Stocks jumped at 10 a.m., when the Commerce Department reported that construction spending continued to rise in January. At the same time, a survey showed some signs of life in the beaten-down manufacturing sector. Those were good signs for the U.S. economy.
Banks rose the most, but big names in consumer and tech stocks also climbed, as did oil prices.
The& Dow& Jones industrial average jumped 348.58 points, or 2.1 percent, to 16,865.08. The Standard & Poor’s 500 index surged 46.12 points, or 2.4 percent, to 1,978.35. That was the biggest gain for the S&P 500, a widely used benchmark, since late January.
The Nasdaq composite index, which is heavily weighted with technology companies, made its biggest gain since August, adding 131.65 points, or 2.9 percent, to 4,689.60.
Stocks have stumbled this year as investors feared for the health of the U.S. economy at the same time that China, Europe, and Japan are slowing or struggling. Tuesday’s report showed construction spending rose by the most in eight months. A manufacturing index had its best reading in six months, though activity is still declining.
Bank of America picked up 67 cents, or 5.4 percent, to $13.19 and JPMorgan Chase gained $2.90, or 5.2 percent, to $59.20, leading financial stocks higher. The S&P 500’s financial component has slumped about 9 percent this year, worse than any other industry, as investors worry about loans banks have made to energy companies and low interest rates.
In recent months the strong dollar has hurt tech stocks, which do a lot of business outside the U.S., because it makes their products more expensive overseas and cuts into their revenue. Those stocks climbed Tuesday, with the biggest gains going to familiar names. Apple gained $3.84, or 4 percent, to $100.53. It had been more than a month since Apple stock closed above $100. Alphabet, the parent of Google, rose $24.95, or 3.5 percent, to $742.17. Microsoft picked up $1.70, or 3.3 percent, to $52.58 and Facebook stock added $2.90, or 2.7 percent, to $109.82.
Karyn Cavanaugh, senior markets strategist for Voya Investment Management, said investors abandoned tech and bank stocks as the market slumped in January and February.
“They’ve just been beaten with a stick this year,” she said. “Earnings have not been that bad and the companies’ financials are not that bad.”
Cavanaugh said investors are pleased with the construction and manufacturing reports, and relieved that the dollar and oil prices seem to have stabilized.
Agribusiness giant Monsanto gained $2.50, or 2.8 percent, to $92.49 and chemical maker DuPont rose $2.07, or 3.4 percent, to $62.94. Among consumer stocks, Amazon rose $26.52, or 4.8 percent, to $579.04 and Netflix gained $4.89, or 5.2 percent, to $98.30.
Most automakers reported big gains in their February U.S. sales. Ford climbed 58 cents, or 4.6 percent, to $13.09 after its sales rose almost 20 percent, a better gain than analysts expected. Honda, Fiat Chrysler and Nissan also reported big improvements. GM’s sales fell as it tries to shift its business away from rental sales, but its stock gained 57 cents, or 1.9 percent, to $30.01.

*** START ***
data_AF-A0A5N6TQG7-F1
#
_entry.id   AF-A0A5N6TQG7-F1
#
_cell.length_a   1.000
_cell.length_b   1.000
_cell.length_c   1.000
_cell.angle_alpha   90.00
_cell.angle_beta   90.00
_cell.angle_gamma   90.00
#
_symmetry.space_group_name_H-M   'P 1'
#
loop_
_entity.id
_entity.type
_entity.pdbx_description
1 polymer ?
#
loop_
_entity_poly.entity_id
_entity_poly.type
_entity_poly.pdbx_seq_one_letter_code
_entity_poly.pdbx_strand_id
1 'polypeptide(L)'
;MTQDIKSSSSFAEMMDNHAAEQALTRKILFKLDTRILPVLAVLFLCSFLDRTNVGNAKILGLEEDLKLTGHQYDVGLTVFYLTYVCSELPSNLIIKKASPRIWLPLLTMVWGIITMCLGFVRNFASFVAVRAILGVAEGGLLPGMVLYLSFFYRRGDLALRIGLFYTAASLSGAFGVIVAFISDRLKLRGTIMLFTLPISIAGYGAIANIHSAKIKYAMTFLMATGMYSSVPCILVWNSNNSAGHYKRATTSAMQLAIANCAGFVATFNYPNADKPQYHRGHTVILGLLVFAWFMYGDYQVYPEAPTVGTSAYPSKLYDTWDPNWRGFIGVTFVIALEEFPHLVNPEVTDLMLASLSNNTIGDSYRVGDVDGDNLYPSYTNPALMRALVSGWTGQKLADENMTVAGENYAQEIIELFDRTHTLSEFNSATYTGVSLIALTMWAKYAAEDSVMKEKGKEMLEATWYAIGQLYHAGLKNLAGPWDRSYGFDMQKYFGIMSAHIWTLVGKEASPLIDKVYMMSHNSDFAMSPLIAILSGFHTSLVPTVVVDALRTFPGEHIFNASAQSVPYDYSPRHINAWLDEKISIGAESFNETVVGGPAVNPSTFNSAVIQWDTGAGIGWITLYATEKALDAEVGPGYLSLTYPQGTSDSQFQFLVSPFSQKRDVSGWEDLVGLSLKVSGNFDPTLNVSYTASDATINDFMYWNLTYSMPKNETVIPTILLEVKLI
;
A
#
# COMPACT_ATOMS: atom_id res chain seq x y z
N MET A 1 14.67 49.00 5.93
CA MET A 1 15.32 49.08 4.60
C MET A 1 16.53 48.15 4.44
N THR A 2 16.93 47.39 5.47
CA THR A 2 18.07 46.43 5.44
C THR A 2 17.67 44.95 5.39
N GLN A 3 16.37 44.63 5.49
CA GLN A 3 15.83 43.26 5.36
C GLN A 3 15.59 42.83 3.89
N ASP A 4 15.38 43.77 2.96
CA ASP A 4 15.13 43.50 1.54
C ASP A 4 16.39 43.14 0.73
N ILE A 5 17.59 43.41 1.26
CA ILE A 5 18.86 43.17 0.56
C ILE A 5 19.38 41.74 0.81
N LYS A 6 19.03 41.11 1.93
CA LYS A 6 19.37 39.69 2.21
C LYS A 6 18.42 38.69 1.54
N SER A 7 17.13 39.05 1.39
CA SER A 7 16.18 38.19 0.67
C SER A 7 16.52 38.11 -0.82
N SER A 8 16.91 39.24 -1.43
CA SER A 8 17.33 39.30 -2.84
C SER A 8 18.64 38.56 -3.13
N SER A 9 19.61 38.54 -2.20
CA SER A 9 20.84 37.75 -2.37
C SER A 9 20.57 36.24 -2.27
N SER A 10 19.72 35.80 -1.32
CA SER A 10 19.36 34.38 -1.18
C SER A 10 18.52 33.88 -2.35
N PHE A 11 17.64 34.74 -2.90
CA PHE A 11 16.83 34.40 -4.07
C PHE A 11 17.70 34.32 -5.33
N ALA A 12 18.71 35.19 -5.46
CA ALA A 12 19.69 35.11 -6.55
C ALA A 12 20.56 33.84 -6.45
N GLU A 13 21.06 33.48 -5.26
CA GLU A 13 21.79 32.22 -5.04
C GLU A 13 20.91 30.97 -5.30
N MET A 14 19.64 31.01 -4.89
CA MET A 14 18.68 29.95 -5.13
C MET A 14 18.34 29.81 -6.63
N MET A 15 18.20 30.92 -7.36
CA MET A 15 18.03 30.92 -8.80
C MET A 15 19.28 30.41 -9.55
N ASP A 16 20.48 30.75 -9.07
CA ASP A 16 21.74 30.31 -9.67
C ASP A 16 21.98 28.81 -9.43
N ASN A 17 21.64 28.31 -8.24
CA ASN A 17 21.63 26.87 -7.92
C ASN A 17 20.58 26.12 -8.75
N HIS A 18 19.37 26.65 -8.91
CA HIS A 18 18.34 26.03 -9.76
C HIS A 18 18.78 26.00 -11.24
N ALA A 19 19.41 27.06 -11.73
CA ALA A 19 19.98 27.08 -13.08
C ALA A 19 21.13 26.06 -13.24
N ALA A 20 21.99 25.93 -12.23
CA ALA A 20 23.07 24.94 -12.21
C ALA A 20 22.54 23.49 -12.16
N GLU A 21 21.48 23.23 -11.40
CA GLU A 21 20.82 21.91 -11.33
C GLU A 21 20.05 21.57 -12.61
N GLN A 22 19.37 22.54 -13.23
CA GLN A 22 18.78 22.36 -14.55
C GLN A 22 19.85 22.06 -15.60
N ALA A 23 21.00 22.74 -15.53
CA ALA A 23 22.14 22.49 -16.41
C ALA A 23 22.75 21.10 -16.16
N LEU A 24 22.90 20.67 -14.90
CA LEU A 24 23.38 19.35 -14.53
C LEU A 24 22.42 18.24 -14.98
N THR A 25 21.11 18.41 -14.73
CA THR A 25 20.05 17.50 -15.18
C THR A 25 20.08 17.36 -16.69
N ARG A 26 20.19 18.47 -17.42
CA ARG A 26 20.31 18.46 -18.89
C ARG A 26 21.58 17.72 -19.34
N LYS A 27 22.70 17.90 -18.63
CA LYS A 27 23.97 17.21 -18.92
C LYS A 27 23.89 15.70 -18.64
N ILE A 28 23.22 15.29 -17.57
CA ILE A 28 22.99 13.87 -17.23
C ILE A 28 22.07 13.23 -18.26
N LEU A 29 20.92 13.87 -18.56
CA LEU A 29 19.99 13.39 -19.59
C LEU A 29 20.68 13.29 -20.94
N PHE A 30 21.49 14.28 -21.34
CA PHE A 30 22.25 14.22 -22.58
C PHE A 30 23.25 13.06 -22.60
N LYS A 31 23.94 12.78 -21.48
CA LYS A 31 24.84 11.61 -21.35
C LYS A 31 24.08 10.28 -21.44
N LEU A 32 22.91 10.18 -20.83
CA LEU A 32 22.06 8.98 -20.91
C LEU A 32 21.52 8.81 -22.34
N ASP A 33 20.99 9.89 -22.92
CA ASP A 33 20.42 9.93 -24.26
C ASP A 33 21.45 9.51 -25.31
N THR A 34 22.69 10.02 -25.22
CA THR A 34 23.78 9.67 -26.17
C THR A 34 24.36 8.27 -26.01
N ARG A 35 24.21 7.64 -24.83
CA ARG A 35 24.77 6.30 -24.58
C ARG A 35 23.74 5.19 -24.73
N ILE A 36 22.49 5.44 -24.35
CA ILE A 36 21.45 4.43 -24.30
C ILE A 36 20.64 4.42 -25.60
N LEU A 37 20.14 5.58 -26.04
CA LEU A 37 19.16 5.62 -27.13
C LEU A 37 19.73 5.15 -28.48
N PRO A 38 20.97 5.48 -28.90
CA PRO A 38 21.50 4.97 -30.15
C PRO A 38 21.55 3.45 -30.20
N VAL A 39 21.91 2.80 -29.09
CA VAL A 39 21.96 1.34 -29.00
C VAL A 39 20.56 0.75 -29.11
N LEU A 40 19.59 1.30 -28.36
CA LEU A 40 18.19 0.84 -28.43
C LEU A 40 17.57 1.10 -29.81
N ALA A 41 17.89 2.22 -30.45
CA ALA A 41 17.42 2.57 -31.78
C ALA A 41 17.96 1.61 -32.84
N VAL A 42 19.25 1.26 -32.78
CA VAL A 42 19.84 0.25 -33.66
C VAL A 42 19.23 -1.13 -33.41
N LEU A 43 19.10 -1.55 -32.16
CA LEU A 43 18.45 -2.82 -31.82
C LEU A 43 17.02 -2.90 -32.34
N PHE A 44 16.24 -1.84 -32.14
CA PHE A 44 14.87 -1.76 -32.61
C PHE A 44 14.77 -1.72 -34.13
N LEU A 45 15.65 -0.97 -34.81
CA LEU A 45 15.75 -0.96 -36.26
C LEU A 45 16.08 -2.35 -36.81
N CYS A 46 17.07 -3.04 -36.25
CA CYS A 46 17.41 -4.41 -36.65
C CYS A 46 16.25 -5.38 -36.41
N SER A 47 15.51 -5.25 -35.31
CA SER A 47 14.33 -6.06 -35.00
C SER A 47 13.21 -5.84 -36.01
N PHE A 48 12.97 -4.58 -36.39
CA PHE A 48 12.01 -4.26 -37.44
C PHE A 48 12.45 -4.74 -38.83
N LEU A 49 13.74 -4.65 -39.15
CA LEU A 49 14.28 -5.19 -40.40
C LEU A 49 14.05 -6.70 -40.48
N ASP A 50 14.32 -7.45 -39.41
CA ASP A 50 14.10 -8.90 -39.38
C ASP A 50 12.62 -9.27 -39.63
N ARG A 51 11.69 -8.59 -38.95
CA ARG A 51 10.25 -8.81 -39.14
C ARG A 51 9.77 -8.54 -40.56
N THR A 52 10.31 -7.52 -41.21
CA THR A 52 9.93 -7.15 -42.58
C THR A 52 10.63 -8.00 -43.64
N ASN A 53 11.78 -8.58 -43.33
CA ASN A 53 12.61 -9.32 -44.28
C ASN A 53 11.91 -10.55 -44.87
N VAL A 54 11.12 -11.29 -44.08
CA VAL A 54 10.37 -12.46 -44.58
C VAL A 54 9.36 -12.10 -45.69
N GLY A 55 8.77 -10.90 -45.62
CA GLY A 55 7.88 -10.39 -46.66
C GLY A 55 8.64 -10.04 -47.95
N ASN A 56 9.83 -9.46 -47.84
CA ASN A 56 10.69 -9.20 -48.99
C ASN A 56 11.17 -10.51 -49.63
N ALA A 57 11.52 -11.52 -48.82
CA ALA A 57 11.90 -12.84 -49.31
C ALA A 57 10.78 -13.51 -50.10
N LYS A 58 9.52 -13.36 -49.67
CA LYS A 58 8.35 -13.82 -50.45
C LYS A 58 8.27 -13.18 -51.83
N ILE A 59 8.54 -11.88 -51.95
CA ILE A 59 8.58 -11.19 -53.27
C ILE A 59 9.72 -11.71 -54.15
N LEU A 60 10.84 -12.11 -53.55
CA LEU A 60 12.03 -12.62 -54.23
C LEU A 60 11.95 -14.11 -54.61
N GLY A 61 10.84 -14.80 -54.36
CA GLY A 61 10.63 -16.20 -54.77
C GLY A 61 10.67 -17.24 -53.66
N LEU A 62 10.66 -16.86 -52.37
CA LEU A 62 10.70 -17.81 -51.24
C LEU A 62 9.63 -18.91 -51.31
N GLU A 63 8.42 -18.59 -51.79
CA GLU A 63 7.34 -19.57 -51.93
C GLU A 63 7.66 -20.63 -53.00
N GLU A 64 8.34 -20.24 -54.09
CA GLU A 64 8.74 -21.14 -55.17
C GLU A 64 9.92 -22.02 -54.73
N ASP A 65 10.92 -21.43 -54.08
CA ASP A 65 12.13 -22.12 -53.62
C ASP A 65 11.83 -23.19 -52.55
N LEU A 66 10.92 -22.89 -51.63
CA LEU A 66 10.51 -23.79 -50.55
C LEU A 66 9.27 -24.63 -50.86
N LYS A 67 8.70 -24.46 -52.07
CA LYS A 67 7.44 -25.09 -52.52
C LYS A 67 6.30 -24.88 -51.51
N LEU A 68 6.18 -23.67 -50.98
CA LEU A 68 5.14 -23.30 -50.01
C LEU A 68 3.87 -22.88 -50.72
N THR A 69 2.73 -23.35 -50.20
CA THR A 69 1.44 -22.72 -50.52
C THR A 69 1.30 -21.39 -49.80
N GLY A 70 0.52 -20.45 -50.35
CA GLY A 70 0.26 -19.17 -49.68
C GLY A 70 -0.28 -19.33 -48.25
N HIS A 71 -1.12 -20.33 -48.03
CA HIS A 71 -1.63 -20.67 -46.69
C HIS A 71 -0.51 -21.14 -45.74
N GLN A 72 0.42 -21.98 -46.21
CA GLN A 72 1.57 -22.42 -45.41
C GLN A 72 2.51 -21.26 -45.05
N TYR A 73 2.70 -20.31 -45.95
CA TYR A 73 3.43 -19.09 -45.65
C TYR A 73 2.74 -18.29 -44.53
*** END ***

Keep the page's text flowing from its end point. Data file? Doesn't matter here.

Hertz climbed after the company said it cut costs and improved the management of its rental fleet. The stock, which has been trading at its lowest since 2009, jumped $1.04, or 12.2 percent, to $9.54.
Clothing, handbag and accessories maker Kate Spade gained $2.17, or 10.9 percent, to $21.99 after it gave a strong profit forecast for 2016. Human resources software company Workday reported a smaller loss and better-than-expected sales. The stock rose $11.29, or 18.7 percent, to $71.74.
Medical device maker Medtronic gave up $3.21, or 4.1 percent, to $74.18 after its sales fell short of analysts’ projections.
Industrial conglomerate Honeywell said it’s giving up on its effort to buy rival United Technologies. It had offered to buy United Technologies for $108 per share, or about $90 billion, and Honeywell said its target wasn’t willing to negotiate a deal. United Technologies, which was one of the best& Dow& performers in February, slumped $1.57, or 1.6 percent, to $95.05. Honeywell rebounded $4.52, or 4.5 percent, to $105.87.
Oil prices also moved higher. U.S. crude rose 65 cents, or 1.9 percent, to $34.40 a barrel in New York. Brent crude, the benchmark for international oils, rose 24 cents to $36.81 a barrel in London. Natural gas, which closed at a 17-year low on Monday, climbed 3 cents to $1.74 per 1,000 cubic feet.
Overseas markets rose after China’s move to support bank lending helped offset concern over a drop in manufacturing in the world’s second-largest economy. Germany’s DAX climbed 2.3 percent and France’s CAC-40 added 1.2 percent. Britain’s FTSE 100 rose 0.9 percent. Hong Kong’s Hang Seng gained 1.5 percent. Tokyo’s Nikkei 225 added 0.4 percent.
The euro fell to $1.0868 from $1.0884 late Monday and the dollar rose to 114.05 yen from 112.82 yen.
The price of gold slipped $3.60 to $1,230.80 an ounce and silver decreased 16 cents to $14.76 an ounce. Copper gained 1 cent to $2.15 a pound.
In other energy trading, wholesale gasoline fell 2 cents to $1.31 a gallon. Heating oil rose less than 1 cent to $1.10 a gallon.